News July 01, 2016 at 07:00 am

U.S. Compensates Family of Dead Cameroonian Boy

Mark Babatunde July 01, 2016 at 07:00 am

July 01, 2016 at 07:00 am | News

The United States has paid out the sum of 1 million Central African francs as compensation to the family of a Cameroonian boy, Birwe Toussem, who was knocked down and killed by a vehicle traveling in the convoy of the U.S. Ambassador to the United Nations, Samantha Power.

U.S. State Department officials have confirmed the cash payment of 1 million Central African francs, which is roughly $1,700. The Associated Press reports that the boy’s family also received two cows, flour, onions, rice, salt, sugar, and cartons of soap and oil.

The sad incident occurred in April as Power toured the areas around the remote northern Cameroon city of Mokolo to show American support to troops fighting the militant Islamist group Boko Haram and the several thousand people internally displaced by the crisis.

Many excited villagers, including 7-year-old Toussem, reportedly lined the highway to welcome the ambassador.

Toussem was reportedly struck by an armored jeep (the sixth car) in Ambassador Power’s motorcade as she attempted to cross a two-lane road. Witnesses say young Toussem may have lurched into the highway when he was distracted by a helicopter flying overhead.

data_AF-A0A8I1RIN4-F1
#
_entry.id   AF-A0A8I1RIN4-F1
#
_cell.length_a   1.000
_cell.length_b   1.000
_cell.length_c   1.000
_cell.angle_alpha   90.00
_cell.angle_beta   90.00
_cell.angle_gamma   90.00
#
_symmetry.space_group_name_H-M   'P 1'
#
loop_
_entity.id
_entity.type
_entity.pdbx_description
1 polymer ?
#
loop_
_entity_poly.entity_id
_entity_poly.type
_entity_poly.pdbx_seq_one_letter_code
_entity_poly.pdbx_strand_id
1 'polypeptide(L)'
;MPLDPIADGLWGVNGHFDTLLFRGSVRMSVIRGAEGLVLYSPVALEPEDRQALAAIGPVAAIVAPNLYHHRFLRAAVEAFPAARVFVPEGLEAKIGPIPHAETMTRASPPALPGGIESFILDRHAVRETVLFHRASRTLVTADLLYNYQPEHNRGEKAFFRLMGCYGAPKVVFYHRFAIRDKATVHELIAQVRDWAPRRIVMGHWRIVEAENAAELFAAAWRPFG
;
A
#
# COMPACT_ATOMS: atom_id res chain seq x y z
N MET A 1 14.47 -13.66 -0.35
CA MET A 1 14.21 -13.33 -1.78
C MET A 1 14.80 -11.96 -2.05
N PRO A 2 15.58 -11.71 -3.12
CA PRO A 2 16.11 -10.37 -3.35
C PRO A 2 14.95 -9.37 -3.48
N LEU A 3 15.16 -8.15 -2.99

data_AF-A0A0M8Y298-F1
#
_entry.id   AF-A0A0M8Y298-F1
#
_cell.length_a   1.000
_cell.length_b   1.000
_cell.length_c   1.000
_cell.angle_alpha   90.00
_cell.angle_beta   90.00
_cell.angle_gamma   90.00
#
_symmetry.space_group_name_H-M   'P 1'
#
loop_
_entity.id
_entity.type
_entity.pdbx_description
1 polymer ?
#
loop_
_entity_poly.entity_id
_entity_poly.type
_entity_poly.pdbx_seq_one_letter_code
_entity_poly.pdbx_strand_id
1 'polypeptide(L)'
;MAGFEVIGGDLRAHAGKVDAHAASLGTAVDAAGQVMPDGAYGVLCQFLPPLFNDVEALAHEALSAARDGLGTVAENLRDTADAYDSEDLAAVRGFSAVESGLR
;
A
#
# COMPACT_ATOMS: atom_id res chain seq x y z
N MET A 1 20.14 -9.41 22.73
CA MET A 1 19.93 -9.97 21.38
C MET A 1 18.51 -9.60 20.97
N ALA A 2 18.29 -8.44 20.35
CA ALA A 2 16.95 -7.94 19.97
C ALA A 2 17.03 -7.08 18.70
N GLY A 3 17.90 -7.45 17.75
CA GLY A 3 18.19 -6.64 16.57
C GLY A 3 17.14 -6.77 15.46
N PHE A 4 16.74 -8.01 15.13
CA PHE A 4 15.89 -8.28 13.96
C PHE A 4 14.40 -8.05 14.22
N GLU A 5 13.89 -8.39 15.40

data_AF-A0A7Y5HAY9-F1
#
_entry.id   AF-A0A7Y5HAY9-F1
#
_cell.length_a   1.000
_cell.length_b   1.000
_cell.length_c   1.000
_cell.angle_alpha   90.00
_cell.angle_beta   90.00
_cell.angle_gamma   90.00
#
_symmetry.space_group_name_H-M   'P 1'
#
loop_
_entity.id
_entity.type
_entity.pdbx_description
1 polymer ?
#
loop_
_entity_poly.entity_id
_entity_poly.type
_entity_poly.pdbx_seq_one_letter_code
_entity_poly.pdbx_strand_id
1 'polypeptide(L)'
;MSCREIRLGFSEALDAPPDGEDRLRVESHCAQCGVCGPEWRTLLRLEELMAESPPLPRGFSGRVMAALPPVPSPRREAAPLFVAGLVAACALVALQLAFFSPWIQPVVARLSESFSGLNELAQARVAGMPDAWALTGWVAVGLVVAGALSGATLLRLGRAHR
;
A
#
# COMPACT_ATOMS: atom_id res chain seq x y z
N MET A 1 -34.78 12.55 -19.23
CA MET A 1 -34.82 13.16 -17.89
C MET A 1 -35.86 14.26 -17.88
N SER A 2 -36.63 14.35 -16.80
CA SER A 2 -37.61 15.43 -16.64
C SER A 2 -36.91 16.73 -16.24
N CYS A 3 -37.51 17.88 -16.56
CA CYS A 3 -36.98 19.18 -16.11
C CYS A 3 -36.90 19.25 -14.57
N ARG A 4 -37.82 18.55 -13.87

The ambassador’s convoy was moving through an area that security operatives considered unsafe territory and her motorcade was reportedly traveling at speeds approaching 60mph (100km/h).

The jeep that hit Toussem attempted to stop, however, members of the ambassador’s security detail instructed it to continue on its journey.

Swift medical response was immediately provided by an ambulance traveling in Ambassador Power’s motorcade, but the boy died moments later.

Power returned later that same day to express her grief over the unfortunate incident in a strained meeting with Toussem’s family and the rest of the community.

U.S. diplomats have continued to visit Toussem’s family since the accident and have promised to build a well to provide fresh drinking water for the boy’s community.

Some critics within Cameroon, however, have criticized the amount paid as compensation describing it as “insignificant.”

State department spokesman Jeffrey Loree disagrees with critics, though, insisting that it was a “compensation package commensurate with local custom as well as the needs of the family and village.”

A combination of Cameroon’s central government, the UN, and local charity organisations have also donated 5m francs to the family, bringing the pay-out to more than $10,000 (£7,393).

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